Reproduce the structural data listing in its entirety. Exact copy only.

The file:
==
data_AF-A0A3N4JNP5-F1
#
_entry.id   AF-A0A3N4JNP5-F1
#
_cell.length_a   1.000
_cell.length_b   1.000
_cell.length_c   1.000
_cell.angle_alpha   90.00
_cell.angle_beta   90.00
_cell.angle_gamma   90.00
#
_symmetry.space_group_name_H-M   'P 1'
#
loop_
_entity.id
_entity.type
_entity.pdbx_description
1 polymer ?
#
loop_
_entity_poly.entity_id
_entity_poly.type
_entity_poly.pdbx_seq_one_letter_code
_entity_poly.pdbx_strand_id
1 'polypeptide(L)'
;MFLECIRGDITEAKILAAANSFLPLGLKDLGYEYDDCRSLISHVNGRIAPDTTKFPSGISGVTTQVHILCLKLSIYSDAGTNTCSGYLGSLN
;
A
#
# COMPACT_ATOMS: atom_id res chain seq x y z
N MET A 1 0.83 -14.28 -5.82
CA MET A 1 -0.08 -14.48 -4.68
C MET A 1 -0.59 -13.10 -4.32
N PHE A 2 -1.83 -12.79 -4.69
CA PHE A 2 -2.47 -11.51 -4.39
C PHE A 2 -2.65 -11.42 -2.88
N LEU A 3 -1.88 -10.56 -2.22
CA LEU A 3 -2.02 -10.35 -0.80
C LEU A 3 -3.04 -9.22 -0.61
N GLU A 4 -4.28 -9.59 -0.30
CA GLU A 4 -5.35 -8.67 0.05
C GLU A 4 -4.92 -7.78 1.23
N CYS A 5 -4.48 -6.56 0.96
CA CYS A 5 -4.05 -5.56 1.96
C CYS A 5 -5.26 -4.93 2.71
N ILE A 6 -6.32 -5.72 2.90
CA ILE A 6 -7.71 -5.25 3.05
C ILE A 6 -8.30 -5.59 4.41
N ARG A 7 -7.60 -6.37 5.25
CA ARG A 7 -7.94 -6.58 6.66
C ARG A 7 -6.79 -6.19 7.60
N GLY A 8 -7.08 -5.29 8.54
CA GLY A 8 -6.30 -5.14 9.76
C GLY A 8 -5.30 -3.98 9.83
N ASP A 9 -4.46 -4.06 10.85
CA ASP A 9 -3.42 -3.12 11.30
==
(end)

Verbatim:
data_AF-A0A3N4JNP5-F1
#
_entry.id   AF-A0A3N4JNP5-F1
#
_cell.length_a   1.000
_cell.length_b   1.000
_cell.length_c   1.000
_cell.angle_alpha   90.00
_cell.angle_beta   90.00
_cell.angle_gamma   90.00
#
_symmetry.space_group_name_H-M   'P 1'
#
loop_
_entity.id
_entity.type
_entity.pdbx_description
1 polymer ?
#
loop_
_entity_poly.entity_id
_entity_poly.type
_entity_poly.pdbx_seq_one_letter_code
_entity_poly.pdbx_strand_id
1 'polypeptide(L)'
;MFLECIRGDITEAKILAAANSFLPLGLKDLGYEYDDCRSLISHVNGRIAPDTTKFPSGISGVTTQVHILCLKLSIYSDAGTNTCSGYLGSLN
;
A
#
# COMPACT_ATOMS: atom_id res chain seq x y z
N MET A 1 0.83 -14.28 -5.82
CA MET A 1 -0.08 -14.48 -4.68
C MET A 1 -0.59 -13.10 -4.32
N PHE A 2 -1.83 -12.79 -4.69
CA PHE A 2 -2.47 -11.51 -4.39
C PHE A 2 -2.65 -11.42 -2.88
N LEU A 3 -1.88 -10.56 -2.22
CA LEU A 3 -2.02 -10.35 -0.80
C LEU A 3 -3.04 -9.22 -0.61
N GLU A 4 -4.28 -9.59 -0.30
CA GLU A 4 -5.35 -8.67 0.05
C GLU A 4 -4.92 -7.78 1.23
N CYS A 5 -4.48 -6.56 0.96
CA CYS A 5 -4.05 -5.56 1.96
C CYS A 5 -5.26 -4.93 2.71
N ILE A 6 -6.32 -5.72 2.90
CA ILE A 6 -7.71 -5.25 3.05
C ILE A 6 -8.30 -5.59 4.41
N ARG A 7 -7.60 -6.37 5.25
CA ARG A 7 -7.94 -6.58 6.66
C ARG A 7 -6.79 -6.19 7.60
N GLY A 8 -7.08 -5.29 8.54
CA GLY A 8 -6.30 -5.14 9.76
C GLY A 8 -5.30 -3.98 9.83
N ASP A 9 -4.46 -4.06 10.85
CA ASP A 9 -3.42 -3.12 11.30